How To Introduce The Beatles To Your Kids, With 2 Beatleologists
The following was produced in partnership with our friends at Spotify.
Already bigger than Jesus, the Beatles recently proved they’re also bigger than Santa by delivering the whole world the best Christmas gift ever: their entire glorious catalog, finally available for streaming. The most joyful recipient of that present should have been you, the father who until now was forced to try and foist your love Liverpool’s favorite sons via clunky, outdated formats, like 8-tracks and MP3s. Now, it’s only a few clicks to go from a kiddie cover version (looking at you, Caspar Babypants) to the genuine article and facilitate a whole new kind of musical discovery for your Junior John — or Paul, depending on whether your kid is the smart one or the cute one.
To ensure you have the most fab kid in daycare, follow the advice of a pair of Beatles scholars. NYU music professor Thomas MacFarlane and Beatles lecturer Scott Freiman don’t just have the best jobs ever; they have kids of their own that they had to indoctrinate in those dark ages, PBS (that’s Pre Beatles Streaming). But even if the medium has changed, the message remains the same: All you need is love … and an encyclopedic knowledge of kid-friendly Beatles’ tunes, plus some cool anecdotes.
Start With The Sound
Kids hear a sound and they instantly like it or they don’t. They don’t know jack about chord progressions or the relationship between bass and melody or why you can’t hear the symphonic genius they’re clanging out on that toy piano. “Based on my experience, what young people really respond to is sound,” says MacFarlane. “I can remember the quality of the harmonica part on ‘ There’s A Place.’ I just loved that harmonica. I was fascinated by it.”
Start your kid’s Beatles lessons with a simple, clean slate and let their tastes evolve as their understanding and exploration of sound does. That strategy worked out pretty well for the actual Beatles.
Remember That Every Song Tells A Story
The Beatles created a cast of characters matched only by the Simpsons and possibly the Muppets. “Every song on Sgt. Pepper’s is about a character,” says Freiman. “‘Mr. Kite,’ ‘Lucy In The Sky‘, ‘Lovely Rita.’ Lots of personalities in those songs, which makes them great for kids.” Adds MacFarlane, “They’re all points of reference; people you can connect with inside the song that make it more enjoyable and relevant to your experience.”
Your kid is practically guaranteed to find something relatable, either in a character who could be a distant cousin to their favorite bedtime story hero, or the many references to the Mop Tops’ childhoods and children. “Rocky Raccoon” tells a tale. “Penny Lane” and “Strawberry Fields Forever” are idyllic references to John Lennon’s childhood home (places he remembers, as it were). “Yellow Submarine” was Paul straight up seeing if he could write a kids’ song just because nobody else in rock and roll would have thought to and he was a cheeky bastard like that. “Martha My Dear” is about Paul’s old sheepdog, and their biggest song ever, “Hey Jude,” was originally written to a child — McCartney hoped it would comfort Lennon’s son, Julian, through his parents’ divorce.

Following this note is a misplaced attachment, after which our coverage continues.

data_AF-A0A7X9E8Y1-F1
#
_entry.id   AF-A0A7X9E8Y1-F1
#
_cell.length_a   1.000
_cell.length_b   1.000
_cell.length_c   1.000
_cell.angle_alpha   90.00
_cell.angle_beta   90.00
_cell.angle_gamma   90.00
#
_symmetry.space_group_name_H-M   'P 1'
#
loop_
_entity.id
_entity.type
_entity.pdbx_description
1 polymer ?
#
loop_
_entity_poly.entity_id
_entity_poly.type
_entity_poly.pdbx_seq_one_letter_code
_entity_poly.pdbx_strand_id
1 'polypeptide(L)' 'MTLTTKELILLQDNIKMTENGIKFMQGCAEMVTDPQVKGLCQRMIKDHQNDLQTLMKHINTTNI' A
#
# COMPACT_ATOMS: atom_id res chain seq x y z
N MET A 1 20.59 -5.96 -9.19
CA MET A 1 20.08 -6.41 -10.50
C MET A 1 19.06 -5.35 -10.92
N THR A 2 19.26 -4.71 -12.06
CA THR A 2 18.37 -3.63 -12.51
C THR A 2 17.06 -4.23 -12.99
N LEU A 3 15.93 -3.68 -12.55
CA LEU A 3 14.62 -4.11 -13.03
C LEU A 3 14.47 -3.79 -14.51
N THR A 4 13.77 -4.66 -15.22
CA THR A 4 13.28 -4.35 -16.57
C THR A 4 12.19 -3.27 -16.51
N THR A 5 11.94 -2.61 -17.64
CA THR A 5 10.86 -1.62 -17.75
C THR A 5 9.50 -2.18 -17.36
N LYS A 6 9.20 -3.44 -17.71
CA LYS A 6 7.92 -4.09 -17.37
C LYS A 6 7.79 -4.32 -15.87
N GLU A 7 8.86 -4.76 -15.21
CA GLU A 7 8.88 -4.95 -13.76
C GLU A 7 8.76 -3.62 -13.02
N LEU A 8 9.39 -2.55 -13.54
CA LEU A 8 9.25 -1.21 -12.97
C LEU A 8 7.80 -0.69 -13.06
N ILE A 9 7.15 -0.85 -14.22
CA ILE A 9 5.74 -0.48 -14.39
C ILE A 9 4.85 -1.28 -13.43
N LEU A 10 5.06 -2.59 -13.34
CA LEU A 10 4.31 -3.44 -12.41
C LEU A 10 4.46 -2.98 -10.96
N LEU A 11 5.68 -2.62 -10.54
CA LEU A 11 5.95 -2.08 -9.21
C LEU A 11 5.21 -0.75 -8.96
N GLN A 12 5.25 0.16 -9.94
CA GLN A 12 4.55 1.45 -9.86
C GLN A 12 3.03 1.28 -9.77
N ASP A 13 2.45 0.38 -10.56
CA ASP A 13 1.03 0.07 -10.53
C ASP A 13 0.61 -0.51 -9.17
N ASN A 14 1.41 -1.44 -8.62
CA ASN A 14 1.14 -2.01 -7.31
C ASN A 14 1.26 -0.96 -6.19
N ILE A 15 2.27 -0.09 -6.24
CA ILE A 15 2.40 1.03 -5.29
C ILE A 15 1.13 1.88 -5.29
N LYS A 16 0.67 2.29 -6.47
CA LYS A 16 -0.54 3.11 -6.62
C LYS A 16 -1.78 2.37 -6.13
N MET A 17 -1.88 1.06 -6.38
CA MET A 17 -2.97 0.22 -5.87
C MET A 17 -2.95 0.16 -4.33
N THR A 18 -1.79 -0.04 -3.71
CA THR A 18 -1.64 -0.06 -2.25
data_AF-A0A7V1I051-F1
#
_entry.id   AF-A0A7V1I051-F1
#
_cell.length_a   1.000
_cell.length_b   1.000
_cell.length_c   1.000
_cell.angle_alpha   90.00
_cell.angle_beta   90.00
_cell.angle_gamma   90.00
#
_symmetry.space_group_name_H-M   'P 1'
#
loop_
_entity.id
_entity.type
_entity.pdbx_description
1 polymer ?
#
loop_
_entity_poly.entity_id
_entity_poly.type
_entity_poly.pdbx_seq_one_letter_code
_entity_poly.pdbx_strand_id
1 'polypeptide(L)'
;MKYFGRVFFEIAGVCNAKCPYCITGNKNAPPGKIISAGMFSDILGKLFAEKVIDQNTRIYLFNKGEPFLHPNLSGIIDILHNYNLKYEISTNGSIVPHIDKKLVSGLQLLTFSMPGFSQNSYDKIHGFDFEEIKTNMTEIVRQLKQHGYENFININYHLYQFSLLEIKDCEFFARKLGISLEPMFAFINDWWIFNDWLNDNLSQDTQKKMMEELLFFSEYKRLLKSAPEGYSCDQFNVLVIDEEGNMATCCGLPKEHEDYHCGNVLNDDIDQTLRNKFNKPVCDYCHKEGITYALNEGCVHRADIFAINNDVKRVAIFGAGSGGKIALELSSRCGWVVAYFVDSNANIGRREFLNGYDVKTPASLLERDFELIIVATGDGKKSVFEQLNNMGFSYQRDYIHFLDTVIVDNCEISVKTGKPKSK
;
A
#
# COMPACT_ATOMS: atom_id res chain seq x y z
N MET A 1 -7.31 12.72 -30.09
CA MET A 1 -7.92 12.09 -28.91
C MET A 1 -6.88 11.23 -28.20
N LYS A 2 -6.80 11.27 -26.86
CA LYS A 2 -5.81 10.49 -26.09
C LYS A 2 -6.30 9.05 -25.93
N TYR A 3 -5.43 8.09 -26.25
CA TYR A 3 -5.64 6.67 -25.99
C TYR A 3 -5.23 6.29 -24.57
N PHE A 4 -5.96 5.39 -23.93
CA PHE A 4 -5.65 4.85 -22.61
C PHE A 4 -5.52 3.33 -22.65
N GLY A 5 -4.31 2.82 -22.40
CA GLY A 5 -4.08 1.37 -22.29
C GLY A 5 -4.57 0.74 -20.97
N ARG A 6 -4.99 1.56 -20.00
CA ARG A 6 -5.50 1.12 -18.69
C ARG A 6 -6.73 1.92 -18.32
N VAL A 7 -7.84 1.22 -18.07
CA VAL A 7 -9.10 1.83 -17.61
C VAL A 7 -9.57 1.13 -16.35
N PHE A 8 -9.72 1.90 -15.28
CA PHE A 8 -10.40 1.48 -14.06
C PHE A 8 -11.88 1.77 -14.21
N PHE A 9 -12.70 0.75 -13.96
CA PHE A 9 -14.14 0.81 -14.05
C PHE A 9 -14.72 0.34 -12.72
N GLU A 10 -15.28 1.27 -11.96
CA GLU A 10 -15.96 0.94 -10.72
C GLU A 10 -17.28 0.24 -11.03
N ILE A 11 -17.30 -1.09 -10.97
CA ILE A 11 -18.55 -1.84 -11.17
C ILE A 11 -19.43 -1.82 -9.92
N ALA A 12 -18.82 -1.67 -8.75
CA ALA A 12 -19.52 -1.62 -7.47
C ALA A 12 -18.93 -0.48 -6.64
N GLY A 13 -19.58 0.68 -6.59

Besides storytelling songs, the Beatles, always ahead of their time, also made movies — perfect for brainwashing already screen-obsessed kids. Most of the fathers Freiman has asked say they introduced their kids to the Beatles through the Yellow Submarine movie. And even if they have no clue what the hell is going on, he says, at the very least kids will giggle through A Hard Day’s Night watching 4 funny looking English dudes flee from screaming teenage girls.
Embrace The Singalong (All Together Now!)
Right about the time the Beatles were coming up, there was an explosion of kids — a “boom,” one might say — and the band recognized it. McCartney, in particular, has a flair for the singalong.
“Yellow Submarine” was Paul straight up seeing if he could write a kids’ song just because nobody else in rock and roll would have thought to.
“There’s something very easy to grasp about the music,” Freiman says. “The complexity is hidden within wonderful melodies, easy to sing choruses, easy to understand lyrics; they write songs that kids can really appreciate because they’re fun.”
With that in mind, start at the very beginning. Early tunes like “I Want To Hold Your Hand,” “She Loves You,” and “Please Please Me” are “great little pieces kids can dance and tap along to,” Freiman says. Other singalongs he recommends: the nonsensical “Ob-La-Di, Ob-La-Da,” the Ringo-voiced “Octopus’ Garden,” and the always lovely “Here Comes The Sun.”
And if all your kid really wants to do is bang their head: “Back In The USSR” on repeat.
Facilitate Organic Discovery By Helping To Make Connections
As you’re probably aware, kids are programmed to immediately reject anything you present to them as cool. The more effective, if also more methodical, approach is to forge a connection between what they already like (“The Wheels On The Bus”) and what you know they need to like (“Drive My Car“).
“Listen to what they’re listening to, see what they’re responding to, and spot connections to things you’re familiar with in the Beatles’ catalog, whether it’s pure sound or lyrical content or ideas,” says MacFarlane. For example, his now 24-year-old son responded to the theatricality and intensity of ” Eleanor Rigby” as a 5-year-old classical music buff. “When your kids appreciate the entire process the Beatles are a part of, you stand a better chance of getting them to really listen.”
Of course, that’s easy for him to say — his kid was into classical music at 5 years old.